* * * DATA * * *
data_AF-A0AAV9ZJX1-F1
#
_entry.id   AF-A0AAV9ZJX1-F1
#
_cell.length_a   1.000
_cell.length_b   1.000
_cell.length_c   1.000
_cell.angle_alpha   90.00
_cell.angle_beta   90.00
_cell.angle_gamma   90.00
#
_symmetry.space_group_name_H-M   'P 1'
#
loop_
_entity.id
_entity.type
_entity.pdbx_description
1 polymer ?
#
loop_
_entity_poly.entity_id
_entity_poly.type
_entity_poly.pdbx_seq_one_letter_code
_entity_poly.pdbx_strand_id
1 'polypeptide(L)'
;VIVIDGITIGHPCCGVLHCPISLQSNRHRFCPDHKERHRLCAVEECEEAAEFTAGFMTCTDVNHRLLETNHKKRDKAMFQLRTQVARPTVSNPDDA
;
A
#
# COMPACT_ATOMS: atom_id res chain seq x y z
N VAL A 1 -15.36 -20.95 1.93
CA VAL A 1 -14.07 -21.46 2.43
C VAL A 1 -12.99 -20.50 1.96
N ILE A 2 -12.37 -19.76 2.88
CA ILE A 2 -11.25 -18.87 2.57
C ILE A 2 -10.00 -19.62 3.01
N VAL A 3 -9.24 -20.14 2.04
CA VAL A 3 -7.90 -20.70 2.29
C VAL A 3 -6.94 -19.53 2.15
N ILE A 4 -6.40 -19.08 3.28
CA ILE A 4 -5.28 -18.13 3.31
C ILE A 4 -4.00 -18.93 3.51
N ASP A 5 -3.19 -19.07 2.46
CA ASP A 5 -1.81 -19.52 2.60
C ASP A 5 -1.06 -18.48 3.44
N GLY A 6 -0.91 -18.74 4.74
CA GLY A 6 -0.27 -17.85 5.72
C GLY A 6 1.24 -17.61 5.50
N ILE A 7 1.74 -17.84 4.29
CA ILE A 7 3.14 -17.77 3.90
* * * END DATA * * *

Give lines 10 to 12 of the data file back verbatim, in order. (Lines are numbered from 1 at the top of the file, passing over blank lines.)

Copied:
_cell.angle_gamma   90.00
#
_symmetry.space_group_name_H-M   'P 1'